On Friday, MTS turned 10. A decade ago, there were plenty would have put money on it not making this anniversary. Prior to its launch, Maori Television Service was mired in all sorts of poo around its inaugural CEO, fraudster John Davies. Celebrating a decade on screens, the announcement of its new CEO is doing little to change perceptions.
It’s a shame, as for most of the intervening period the broadcaster was led by CEO Jim Mather, whose mana, quiet good humour and considerable intelligence contributed much to the network’s development into its role “NZ’s de facto public broadcaster”.
Memories are strong, and there were plenty willing to share theirs in the lead-up to the celebrations. Julian Wilcox, one of the contenders to replace Mather, shared his with NZ Herald.
Alongside the joy and pride at the launch, Wilcox noted his happiness, “was also tinged with the sadness that so many Maori who fought for this new taonga did not live to see it come to pass”.
Elewhere in the Herald, John Drinnan was taking a less compassionate view, noting dissatisfaction at the appointment of Paora Maxwell as CEO.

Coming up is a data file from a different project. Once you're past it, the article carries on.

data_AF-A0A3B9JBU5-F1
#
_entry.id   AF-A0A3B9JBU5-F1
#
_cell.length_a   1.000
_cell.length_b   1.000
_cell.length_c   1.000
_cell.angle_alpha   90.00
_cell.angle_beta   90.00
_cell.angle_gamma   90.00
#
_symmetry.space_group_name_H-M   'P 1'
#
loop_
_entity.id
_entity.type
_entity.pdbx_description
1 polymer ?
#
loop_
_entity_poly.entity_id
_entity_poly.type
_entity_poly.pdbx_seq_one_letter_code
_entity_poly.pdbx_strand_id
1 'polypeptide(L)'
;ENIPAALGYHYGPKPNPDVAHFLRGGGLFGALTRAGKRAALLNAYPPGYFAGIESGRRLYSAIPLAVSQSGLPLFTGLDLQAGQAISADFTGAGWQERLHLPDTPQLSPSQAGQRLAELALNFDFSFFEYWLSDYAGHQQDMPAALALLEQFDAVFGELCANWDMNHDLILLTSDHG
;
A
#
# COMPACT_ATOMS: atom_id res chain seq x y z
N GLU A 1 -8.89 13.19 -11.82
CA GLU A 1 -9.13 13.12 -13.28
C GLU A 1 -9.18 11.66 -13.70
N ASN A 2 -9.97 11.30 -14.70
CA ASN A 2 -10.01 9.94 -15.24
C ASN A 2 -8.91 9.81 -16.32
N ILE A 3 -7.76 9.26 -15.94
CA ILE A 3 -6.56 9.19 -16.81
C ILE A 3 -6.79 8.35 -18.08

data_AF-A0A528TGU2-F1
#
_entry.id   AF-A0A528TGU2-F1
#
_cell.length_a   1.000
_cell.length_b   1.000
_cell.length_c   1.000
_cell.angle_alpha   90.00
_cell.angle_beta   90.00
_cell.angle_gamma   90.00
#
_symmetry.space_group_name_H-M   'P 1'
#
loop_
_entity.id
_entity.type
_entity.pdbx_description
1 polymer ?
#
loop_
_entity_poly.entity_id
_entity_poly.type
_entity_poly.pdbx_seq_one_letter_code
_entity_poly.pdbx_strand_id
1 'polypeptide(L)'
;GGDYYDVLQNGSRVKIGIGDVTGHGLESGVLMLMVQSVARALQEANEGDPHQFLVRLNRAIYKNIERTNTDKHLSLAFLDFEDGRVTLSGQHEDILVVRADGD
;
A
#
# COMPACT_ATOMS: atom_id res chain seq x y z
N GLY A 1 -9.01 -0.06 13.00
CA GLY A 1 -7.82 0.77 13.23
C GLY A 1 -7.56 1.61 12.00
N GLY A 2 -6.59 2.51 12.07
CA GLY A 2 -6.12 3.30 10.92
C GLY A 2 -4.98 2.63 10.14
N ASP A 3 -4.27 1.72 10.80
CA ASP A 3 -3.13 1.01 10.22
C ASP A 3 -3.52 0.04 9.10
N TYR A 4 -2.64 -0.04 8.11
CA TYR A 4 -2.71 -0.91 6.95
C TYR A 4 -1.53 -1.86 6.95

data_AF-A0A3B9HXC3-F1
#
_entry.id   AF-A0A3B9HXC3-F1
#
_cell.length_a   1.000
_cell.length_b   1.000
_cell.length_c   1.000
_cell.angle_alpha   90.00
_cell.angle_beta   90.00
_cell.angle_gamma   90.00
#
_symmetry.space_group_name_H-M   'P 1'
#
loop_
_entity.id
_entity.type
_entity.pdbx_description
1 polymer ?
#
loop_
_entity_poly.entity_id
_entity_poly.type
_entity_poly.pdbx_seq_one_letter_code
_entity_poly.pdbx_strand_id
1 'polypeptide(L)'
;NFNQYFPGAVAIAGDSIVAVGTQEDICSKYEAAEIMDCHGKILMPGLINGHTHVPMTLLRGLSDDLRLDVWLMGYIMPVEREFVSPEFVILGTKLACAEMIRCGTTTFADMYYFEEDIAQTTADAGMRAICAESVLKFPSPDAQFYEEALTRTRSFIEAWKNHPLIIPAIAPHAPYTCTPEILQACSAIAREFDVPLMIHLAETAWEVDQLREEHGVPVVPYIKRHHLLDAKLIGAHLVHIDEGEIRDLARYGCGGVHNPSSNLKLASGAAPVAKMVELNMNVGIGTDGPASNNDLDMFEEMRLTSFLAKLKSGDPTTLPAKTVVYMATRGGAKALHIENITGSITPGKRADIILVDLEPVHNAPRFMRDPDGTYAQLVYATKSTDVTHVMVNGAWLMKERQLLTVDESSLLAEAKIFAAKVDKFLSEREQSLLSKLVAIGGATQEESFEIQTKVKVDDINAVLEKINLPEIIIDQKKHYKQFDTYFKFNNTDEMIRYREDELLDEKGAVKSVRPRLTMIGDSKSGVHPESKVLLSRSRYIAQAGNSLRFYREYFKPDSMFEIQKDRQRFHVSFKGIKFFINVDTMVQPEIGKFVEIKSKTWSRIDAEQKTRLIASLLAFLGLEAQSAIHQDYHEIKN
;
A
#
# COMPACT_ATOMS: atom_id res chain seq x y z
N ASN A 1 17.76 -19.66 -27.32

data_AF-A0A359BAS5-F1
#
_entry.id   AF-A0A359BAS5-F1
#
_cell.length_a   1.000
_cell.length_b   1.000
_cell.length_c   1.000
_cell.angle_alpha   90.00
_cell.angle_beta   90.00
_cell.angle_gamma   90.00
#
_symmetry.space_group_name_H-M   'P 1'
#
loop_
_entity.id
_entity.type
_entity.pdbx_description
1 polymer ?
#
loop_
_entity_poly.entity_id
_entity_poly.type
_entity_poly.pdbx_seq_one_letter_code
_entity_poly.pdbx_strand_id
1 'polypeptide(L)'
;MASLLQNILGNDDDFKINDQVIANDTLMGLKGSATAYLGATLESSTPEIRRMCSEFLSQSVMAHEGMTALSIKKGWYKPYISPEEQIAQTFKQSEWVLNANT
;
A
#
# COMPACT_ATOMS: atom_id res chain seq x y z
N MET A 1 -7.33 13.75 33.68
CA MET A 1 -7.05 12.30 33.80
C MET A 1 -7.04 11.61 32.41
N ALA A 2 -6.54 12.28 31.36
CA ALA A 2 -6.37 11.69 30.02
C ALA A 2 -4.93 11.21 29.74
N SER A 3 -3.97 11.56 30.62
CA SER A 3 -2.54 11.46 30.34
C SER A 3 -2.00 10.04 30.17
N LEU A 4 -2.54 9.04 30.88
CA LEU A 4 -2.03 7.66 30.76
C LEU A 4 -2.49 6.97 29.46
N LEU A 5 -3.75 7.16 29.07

MTS’ own statement was more neutral, although it did acknowledge dissenting voices along the road to Maxwell’s appointment.
In government, Minister for Maori Affairs Pita Sharples congratulated the broadcaster, although there was no statement – of congratulation or otherwise – forthcoming from the office of the Minister for Broadcasting.
Former board member Ian Taylor, who left the board during the appointment process dissatisfied with how it was being conducted, was busy holding his own celebrations after his Animation Research Ltd (ARL) was last week nominated for a Sports Emmy.
Labour maintained its opposition to the appointment process, spokesperson Kris Faafoi calling Maxwell’s arrival nothing for Maori TV to celebrate.
As for Maxwell, he told the Herald he arrived at MTS “with a good degree of humility”, adding, “I think once the staff know me and don’t listen to the rumour of gossip, then they will come to trust me as well to be a good CEO.”